Spring is in full force for the northern hemisphere, and we’re working hard as ever to bring you all the tech news you need to know. Here’s our top picks of the week.
Terence’s pick: Asian Food Channel founder starts new venture capital firm to fill Asia’s Series A gap
A positive sign for Singapore and Southeast Asia’s startup scene. Hopefully, this will be a continuation of a virtuous cycle of startup exits and investments back into the ecosystem.
Saiyai and Paul’s pick: China’s banks must close all bitcoin sites’ trading accounts, forcing bitcoin exchanges to shut
Paul: Every time Bitcoin looks like it’s about to get back on its feet in China, the central bank slaps it down again. Could this be the final nail in the coffin, or will the country’s bitcoin enthusiasts find another workaround?
Saiyai: I wonder what the future of Bitcoin will be like. It seems so many governments around the world don’t really know how to handle this cryptocurrency – one day it’s okay to trade, the next it could be banned, then it could be back on the market again if you forget to read news for a day.
Steven’s pick: Alibaba wants people to crowdinvest in new movies and games
We’re all familiar with Kickstarter. It’s a good way to get your hands on a gadget early, but it’s not designed as a way to invest in a startup. Indeed, if you pay a Kickstarter project more than the cost of the gadget, you’re a sucker. As Valleywag put it so scathingly this week after Facebook acquired Oculus VR for $2 billion, Kickstarter is a charity for VCs. But Alibaba wants to do it differently – you’re not just giving cash in return for goodies, you’re actually investing in a new creative project. You might get substantial returns.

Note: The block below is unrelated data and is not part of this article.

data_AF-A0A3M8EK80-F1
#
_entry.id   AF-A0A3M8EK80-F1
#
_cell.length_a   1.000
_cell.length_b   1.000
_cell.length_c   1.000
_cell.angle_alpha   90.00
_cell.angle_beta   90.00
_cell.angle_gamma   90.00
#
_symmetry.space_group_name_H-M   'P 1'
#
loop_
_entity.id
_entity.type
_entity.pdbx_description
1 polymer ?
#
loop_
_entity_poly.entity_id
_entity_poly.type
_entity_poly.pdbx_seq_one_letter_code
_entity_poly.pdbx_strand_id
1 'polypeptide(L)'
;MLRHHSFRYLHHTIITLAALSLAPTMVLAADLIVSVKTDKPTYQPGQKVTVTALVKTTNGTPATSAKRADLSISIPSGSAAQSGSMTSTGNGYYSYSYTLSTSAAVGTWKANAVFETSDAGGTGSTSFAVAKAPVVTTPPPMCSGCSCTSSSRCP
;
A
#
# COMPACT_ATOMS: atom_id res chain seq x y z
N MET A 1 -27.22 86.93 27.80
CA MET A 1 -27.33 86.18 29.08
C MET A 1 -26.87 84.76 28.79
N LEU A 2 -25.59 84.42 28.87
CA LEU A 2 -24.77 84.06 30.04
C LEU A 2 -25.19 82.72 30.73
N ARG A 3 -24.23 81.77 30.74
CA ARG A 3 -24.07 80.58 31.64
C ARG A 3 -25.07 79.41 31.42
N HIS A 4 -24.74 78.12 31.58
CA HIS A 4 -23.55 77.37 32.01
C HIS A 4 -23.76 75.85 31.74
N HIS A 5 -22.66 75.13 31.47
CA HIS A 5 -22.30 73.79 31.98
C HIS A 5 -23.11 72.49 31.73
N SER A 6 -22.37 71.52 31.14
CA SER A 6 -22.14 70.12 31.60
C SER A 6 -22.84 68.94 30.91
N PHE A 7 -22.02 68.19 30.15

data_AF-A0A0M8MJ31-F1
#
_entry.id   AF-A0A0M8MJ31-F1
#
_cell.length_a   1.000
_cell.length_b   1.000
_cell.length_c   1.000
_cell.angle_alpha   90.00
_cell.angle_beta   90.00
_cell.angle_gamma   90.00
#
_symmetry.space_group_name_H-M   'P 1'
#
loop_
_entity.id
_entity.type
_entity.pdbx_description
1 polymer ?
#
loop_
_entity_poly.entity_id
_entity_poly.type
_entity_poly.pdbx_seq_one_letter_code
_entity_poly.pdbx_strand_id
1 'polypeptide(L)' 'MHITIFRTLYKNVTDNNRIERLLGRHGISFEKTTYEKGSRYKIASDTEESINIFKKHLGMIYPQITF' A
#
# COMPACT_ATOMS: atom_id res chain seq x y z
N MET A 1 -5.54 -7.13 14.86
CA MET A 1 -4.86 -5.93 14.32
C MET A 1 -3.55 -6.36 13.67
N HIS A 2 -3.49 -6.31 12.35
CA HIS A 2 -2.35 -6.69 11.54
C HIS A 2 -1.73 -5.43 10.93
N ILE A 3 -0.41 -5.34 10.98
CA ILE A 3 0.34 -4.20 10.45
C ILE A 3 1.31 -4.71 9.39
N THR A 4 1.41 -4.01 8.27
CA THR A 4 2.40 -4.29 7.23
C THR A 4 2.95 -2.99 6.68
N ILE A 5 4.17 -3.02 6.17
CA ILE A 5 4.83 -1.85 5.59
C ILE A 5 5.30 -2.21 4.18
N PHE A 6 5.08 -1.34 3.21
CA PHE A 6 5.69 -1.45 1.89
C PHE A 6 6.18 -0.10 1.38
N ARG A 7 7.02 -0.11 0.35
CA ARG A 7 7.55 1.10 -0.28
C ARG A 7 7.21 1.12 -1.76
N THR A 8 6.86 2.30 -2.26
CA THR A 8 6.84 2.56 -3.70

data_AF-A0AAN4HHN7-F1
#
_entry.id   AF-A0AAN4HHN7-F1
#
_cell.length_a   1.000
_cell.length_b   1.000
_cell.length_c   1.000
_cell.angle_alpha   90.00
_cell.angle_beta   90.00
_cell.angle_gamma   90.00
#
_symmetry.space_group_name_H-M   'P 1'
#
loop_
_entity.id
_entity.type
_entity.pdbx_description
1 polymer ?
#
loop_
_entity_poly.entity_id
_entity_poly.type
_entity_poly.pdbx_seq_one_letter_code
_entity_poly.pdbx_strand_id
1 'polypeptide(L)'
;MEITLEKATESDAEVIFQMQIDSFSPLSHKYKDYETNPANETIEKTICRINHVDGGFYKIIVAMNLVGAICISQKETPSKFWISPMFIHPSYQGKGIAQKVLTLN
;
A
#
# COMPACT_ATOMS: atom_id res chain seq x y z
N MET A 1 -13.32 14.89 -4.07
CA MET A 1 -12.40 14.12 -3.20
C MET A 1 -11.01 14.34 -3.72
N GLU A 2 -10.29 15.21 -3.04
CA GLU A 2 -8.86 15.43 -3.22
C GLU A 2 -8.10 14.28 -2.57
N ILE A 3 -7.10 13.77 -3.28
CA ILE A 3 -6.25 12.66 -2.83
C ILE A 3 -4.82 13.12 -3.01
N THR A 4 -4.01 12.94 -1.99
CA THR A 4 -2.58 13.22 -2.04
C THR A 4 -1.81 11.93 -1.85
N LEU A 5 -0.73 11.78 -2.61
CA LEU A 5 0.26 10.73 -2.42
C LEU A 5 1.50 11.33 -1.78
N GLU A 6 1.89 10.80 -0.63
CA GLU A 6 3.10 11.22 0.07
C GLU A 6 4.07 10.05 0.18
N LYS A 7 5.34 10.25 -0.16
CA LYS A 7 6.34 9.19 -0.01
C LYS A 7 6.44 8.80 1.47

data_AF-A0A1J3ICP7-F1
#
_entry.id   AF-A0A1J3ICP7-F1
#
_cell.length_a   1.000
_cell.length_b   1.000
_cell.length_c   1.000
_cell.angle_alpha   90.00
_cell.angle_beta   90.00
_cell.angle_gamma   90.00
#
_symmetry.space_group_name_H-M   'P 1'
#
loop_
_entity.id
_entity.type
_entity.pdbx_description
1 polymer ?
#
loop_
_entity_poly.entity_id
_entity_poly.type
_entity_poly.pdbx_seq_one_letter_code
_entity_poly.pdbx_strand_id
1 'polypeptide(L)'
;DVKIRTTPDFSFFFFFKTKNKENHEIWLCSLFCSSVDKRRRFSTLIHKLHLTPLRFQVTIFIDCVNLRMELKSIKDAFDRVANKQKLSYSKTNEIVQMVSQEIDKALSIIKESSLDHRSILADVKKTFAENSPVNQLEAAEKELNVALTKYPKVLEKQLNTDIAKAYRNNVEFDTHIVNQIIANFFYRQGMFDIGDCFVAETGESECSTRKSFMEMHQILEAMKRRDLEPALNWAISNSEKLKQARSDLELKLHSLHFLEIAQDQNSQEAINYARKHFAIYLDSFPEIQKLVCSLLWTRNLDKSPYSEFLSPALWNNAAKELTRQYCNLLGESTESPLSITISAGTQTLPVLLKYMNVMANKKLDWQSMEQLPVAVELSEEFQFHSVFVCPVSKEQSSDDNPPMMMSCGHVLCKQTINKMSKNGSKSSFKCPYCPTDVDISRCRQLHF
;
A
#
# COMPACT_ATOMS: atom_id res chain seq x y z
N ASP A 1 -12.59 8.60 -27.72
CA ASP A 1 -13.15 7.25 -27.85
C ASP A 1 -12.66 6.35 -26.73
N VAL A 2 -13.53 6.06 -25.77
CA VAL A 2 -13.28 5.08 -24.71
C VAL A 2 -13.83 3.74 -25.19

Vanessa and Minghao’s pick: As outrage grows over missing flight, Chinese websites ban Malaysia Airlines ticket sales
Vanessa: Can you blame them, really?
Minghao: The news of missing flight MH370 itself can be the news of the month. I understand the pain and some sense of nationalism may be involved. However, I’m shocked that the tech companies in China are taking a stand on this too. Are they making use of this incident to gain awareness of their services?
Games mean big money, but does the ease of distribution enabled by the spread of smartphones make it impossible for gaming companies to be anything but one-hit wonders?
Gwen’s pick: Samsung and PayPal team up to bring Singaporeans fingerprint-scan payments on the Galaxy S5
Making payments smoother = win.
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